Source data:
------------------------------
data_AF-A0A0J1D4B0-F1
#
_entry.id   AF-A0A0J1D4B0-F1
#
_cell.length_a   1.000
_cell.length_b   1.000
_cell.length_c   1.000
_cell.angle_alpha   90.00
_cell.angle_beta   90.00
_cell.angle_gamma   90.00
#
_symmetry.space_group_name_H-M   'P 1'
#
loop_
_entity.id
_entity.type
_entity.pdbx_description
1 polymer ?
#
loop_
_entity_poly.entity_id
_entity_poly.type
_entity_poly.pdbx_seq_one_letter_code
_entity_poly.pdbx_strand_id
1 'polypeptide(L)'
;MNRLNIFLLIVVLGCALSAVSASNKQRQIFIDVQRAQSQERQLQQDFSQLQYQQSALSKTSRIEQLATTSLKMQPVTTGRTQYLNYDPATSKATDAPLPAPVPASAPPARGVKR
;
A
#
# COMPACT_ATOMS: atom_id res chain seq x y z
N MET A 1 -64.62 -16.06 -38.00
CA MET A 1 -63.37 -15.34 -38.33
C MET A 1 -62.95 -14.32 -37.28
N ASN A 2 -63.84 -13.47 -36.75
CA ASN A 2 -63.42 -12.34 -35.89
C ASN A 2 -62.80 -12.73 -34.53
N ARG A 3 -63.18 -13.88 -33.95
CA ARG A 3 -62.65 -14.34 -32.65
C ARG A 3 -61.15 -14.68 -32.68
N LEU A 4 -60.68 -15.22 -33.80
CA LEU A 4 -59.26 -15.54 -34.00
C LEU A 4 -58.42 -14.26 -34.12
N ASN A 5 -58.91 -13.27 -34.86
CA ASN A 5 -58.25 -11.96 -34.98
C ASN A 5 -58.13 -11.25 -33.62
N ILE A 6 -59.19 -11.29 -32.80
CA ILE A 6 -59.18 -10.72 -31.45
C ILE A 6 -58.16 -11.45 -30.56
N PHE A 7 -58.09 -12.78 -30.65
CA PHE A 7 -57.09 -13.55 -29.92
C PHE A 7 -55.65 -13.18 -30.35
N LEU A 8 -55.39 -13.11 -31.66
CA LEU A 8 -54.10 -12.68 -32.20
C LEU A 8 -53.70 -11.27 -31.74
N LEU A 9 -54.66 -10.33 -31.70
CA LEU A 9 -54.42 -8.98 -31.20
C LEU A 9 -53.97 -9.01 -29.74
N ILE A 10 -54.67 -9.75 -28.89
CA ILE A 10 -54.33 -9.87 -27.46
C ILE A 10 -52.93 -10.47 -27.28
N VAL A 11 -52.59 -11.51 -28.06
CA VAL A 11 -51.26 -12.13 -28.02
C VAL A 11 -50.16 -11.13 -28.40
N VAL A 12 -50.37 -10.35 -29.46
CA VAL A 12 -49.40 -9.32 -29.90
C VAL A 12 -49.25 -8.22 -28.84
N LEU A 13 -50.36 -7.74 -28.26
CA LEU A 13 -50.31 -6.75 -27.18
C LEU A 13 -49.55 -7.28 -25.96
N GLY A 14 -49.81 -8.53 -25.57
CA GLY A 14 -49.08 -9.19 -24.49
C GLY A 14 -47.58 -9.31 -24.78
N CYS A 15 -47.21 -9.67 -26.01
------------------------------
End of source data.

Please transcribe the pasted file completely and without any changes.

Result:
data_AF-A0A0J1D4B0-F1
#
_entry.id   AF-A0A0J1D4B0-F1
#
_cell.length_a   1.000
_cell.length_b   1.000
_cell.length_c   1.000
_cell.angle_alpha   90.00
_cell.angle_beta   90.00
_cell.angle_gamma   90.00
#
_symmetry.space_group_name_H-M   'P 1'
#
loop_
_entity.id
_entity.type
_entity.pdbx_description
1 polymer ?
#
loop_
_entity_poly.entity_id
_entity_poly.type
_entity_poly.pdbx_seq_one_letter_code
_entity_poly.pdbx_strand_id
1 'polypeptide(L)'
;MNRLNIFLLIVVLGCALSAVSASNKQRQIFIDVQRAQSQERQLQQDFSQLQYQQSALSKTSRIEQLATTSLKMQPVTTGRTQYLNYDPATSKATDAPLPAPVPASAPPARGVKR
;
A
#
# COMPACT_ATOMS: atom_id res chain seq x y z
N MET A 1 -64.62 -16.06 -38.00
CA MET A 1 -63.37 -15.34 -38.33
C MET A 1 -62.95 -14.32 -37.28
N ASN A 2 -63.84 -13.47 -36.75
CA ASN A 2 -63.42 -12.34 -35.89
C ASN A 2 -62.80 -12.73 -34.53
N ARG A 3 -63.18 -13.88 -33.95
CA ARG A 3 -62.65 -14.34 -32.65
C ARG A 3 -61.15 -14.68 -32.68
N LEU A 4 -60.68 -15.22 -33.80
CA LEU A 4 -59.26 -15.54 -34.00
C LEU A 4 -58.42 -14.26 -34.12
N ASN A 5 -58.91 -13.27 -34.86
CA ASN A 5 -58.25 -11.96 -34.98
C ASN A 5 -58.13 -11.25 -33.62
N ILE A 6 -59.19 -11.29 -32.80
CA ILE A 6 -59.18 -10.72 -31.45
C ILE A 6 -58.16 -11.45 -30.56
N PHE A 7 -58.09 -12.78 -30.65
CA PHE A 7 -57.09 -13.55 -29.92
C PHE A 7 -55.65 -13.18 -30.35
N LEU A 8 -55.39 -13.11 -31.66
CA LEU A 8 -54.10 -12.68 -32.20
C LEU A 8 -53.70 -11.27 -31.74
N LEU A 9 -54.66 -10.33 -31.70
CA LEU A 9 -54.42 -8.98 -31.20
C LEU A 9 -53.97 -9.01 -29.74
N ILE A 10 -54.67 -9.75 -28.89
CA ILE A 10 -54.33 -9.87 -27.46
C ILE A 10 -52.93 -10.47 -27.28
N VAL A 11 -52.59 -11.51 -28.06
CA VAL A 11 -51.26 -12.13 -28.02
C VAL A 11 -50.16 -11.13 -28.40
N VAL A 12 -50.37 -10.35 -29.46
CA VAL A 12 -49.40 -9.32 -29.90
C VAL A 12 -49.25 -8.22 -28.84
N LEU A 13 -50.36 -7.74 -28.26
CA LEU A 13 -50.31 -6.75 -27.18
C LEU A 13 -49.55 -7.28 -25.96
N GLY A 14 -49.81 -8.53 -25.57
CA GLY A 14 -49.08 -9.19 -24.49
C GLY A 14 -47.58 -9.31 -24.78
N CYS A 15 -47.21 -9.67 -26.01